A Brief Meditation for the Month

July 2018

In the addresses to the seven churches in Asia, in the chapters two and three of the book of Revelation, we observe the repetition of the words, “I know thy works.” The glorified redeemer reminds them that he is aware of the prevailing condition and activity in each one of them. Christ’s knowledge is not like our finite and limited knowledge. His knowledge is infinite and perfect. It cannot be improved upon. Being God, as he is, he knows the end of a matter from the beginning. When the Saviour therefore states, “I know,” we can be confident that no one else can possibly know so much about any situation, or circumstances, as He does.

In the same way, and to the same extent, to which the glorified head of the Church has a perfect knowledge of everything that concerns his Church collectively, so he also knows all that concerns his individual people. In moments of crisis or prolonged difficulties, the child of God may indeed think and speak like the Psalmist: “How long wilt thou forget me, O Lord?” (Psalm 13:1). The devil tempts God’s dear children at times to think that God has forgotten them, leaving them to cope with problems and carry their heavy burdens all alone. They may even conclude that God, either doesn’t know, or He doesn’t care, about their condition or circumstances. How very wrong such thoughts are. The apostle Peter advised Christians in his own generation with the words, “Casting all your care upon him; for he careth for you.” (1Peter 5:7). Peter believed that God not only cares but is willing to take responsibility for the burdens and concerns of his dear people. Often the real problem is one of unwillingness on our part, to be humble enough to cast our cares upon him and commit our concerns fully to him. In our sinful pride, we determine to deal with our own difficulties and solve our own problems; yes, even although God’s word instructs us, “Cast thy burden (what he hath assigned thee) upon the Lord, and he shall sustain thee.” (Psalm 55:22).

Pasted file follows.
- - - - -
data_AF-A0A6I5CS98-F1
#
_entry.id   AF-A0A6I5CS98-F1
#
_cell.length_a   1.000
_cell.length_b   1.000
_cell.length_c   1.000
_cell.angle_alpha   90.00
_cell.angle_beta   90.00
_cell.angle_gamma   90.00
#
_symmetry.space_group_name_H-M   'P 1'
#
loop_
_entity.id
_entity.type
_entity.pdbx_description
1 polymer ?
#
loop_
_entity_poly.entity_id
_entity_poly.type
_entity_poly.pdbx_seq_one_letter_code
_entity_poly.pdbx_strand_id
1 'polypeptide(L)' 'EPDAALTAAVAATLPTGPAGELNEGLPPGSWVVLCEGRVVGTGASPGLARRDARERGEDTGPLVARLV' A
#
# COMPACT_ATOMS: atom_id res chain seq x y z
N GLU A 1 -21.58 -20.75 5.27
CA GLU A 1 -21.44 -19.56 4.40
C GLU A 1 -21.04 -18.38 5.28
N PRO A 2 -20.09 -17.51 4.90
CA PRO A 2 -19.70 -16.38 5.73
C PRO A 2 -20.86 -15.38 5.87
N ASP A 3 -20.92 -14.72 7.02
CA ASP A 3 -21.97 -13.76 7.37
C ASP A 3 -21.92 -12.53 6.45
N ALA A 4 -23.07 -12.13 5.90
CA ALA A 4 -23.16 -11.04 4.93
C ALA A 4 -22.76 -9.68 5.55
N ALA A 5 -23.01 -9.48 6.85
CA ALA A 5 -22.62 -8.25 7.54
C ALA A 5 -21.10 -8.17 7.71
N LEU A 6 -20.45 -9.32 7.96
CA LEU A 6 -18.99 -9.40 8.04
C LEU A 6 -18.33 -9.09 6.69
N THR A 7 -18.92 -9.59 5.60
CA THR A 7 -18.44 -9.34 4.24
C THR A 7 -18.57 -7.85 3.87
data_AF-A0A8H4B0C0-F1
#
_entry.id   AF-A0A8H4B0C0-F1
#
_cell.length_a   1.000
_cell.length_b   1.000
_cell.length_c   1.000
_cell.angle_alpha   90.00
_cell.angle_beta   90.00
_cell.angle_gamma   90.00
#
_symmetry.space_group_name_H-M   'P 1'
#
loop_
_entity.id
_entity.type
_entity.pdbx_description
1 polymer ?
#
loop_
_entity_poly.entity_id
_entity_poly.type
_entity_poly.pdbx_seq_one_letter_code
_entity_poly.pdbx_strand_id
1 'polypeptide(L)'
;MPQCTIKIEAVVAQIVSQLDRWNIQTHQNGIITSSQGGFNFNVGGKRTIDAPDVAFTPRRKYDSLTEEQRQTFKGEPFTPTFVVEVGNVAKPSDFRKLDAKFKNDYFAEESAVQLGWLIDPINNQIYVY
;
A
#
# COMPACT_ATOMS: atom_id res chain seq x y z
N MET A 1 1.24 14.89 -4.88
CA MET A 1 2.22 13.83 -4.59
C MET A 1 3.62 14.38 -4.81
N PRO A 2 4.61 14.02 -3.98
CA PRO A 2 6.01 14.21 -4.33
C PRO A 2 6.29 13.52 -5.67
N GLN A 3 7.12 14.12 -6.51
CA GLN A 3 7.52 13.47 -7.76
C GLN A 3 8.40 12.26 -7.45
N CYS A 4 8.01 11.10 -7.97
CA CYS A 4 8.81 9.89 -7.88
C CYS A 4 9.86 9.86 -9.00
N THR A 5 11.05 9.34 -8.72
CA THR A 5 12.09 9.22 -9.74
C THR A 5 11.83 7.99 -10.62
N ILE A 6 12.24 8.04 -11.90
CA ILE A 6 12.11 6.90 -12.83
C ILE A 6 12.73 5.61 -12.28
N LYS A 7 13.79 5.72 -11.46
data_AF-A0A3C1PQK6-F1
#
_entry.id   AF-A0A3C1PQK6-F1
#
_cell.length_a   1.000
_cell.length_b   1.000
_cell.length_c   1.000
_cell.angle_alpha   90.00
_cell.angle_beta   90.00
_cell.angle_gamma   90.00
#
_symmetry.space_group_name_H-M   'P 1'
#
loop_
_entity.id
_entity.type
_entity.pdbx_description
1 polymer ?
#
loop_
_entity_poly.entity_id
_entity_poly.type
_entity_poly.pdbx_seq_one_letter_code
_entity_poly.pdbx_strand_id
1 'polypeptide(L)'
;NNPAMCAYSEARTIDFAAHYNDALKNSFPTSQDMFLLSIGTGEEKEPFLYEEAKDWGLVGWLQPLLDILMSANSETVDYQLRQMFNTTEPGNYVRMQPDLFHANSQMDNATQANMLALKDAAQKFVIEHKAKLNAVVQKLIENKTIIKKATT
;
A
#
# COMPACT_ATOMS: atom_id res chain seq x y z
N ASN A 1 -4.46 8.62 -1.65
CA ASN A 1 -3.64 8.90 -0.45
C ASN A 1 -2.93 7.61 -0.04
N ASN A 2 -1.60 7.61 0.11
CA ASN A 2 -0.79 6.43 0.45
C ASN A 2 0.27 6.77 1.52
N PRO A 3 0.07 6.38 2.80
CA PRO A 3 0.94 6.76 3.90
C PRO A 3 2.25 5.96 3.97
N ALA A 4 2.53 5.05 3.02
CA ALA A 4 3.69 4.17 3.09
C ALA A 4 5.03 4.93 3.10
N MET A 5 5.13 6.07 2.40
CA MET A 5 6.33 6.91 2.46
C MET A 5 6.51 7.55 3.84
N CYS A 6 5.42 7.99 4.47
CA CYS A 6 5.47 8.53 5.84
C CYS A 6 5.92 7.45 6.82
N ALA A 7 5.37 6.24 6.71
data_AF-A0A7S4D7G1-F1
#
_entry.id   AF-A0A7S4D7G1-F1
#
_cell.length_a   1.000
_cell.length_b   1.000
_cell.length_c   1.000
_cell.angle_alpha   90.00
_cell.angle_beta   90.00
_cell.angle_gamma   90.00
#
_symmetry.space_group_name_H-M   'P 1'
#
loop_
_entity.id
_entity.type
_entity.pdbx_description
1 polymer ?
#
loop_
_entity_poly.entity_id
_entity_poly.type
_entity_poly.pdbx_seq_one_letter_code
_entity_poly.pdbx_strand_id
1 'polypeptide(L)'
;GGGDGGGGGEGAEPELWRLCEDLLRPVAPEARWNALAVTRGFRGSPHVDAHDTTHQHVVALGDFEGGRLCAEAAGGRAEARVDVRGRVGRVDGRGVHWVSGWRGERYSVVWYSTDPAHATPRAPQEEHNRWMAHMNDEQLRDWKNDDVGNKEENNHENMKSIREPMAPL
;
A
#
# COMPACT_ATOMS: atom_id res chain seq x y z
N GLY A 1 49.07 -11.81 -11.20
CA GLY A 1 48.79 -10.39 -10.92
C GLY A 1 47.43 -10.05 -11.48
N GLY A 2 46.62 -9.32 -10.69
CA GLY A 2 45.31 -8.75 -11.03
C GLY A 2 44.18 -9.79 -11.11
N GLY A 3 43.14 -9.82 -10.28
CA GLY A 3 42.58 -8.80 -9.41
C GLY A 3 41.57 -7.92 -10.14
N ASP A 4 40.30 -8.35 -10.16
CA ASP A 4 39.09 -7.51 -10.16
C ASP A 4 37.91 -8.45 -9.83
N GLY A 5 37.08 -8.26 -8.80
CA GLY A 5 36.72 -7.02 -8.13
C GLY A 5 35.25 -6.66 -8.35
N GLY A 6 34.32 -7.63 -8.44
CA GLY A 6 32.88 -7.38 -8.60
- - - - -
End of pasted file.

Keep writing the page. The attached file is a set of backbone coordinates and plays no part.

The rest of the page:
Oftentimes, we fail to appreciate that it is those who feel themselves to be poor and needy, among his people, whom God is compassionately interested in. One such testifies, “I am poor and needy; yet the Lord thinketh upon me.” (Psalm 40:17). The Psalmist was conscious that God was aware of his condition, but also of the fact that the great, eternal, infinite, perfect, mind of God, was functioning and actively engaged in thinking upon him, in his need. He had the conviction—God knows, even when I neither know, nor understand. His mind is fixed on me, while he thinks on my behalf, even when I am so overwhelmed that I cannot think for myself. How wonderful it is when the afflicted and troubled child of God is brought to feel with heart conviction, that God knows, and God truly cares. When Christ Jesus in tenderness draws near, and says, “I know,” what peace comes into the anxious soul. Because he knows so perfectly, he understands perfectly. We do not need to explain everything to him. He knows so much better than we do. What compassion and love are in the words of the Saviour when he comes and says to his troubled weary child, “I know.” It is only our unbelief that refuses to trust him and thus robs us of peace. Even if no one else knows, he knows. If no one else cares, he really does. What a saviour, anxious child of God, you have in Christ Jesus! What a friend in time of need! You will never find yourself in any situation when he will say to you, “I don’t know.” Rest assured, he will always know, and will always understand.

G. G. Hutton.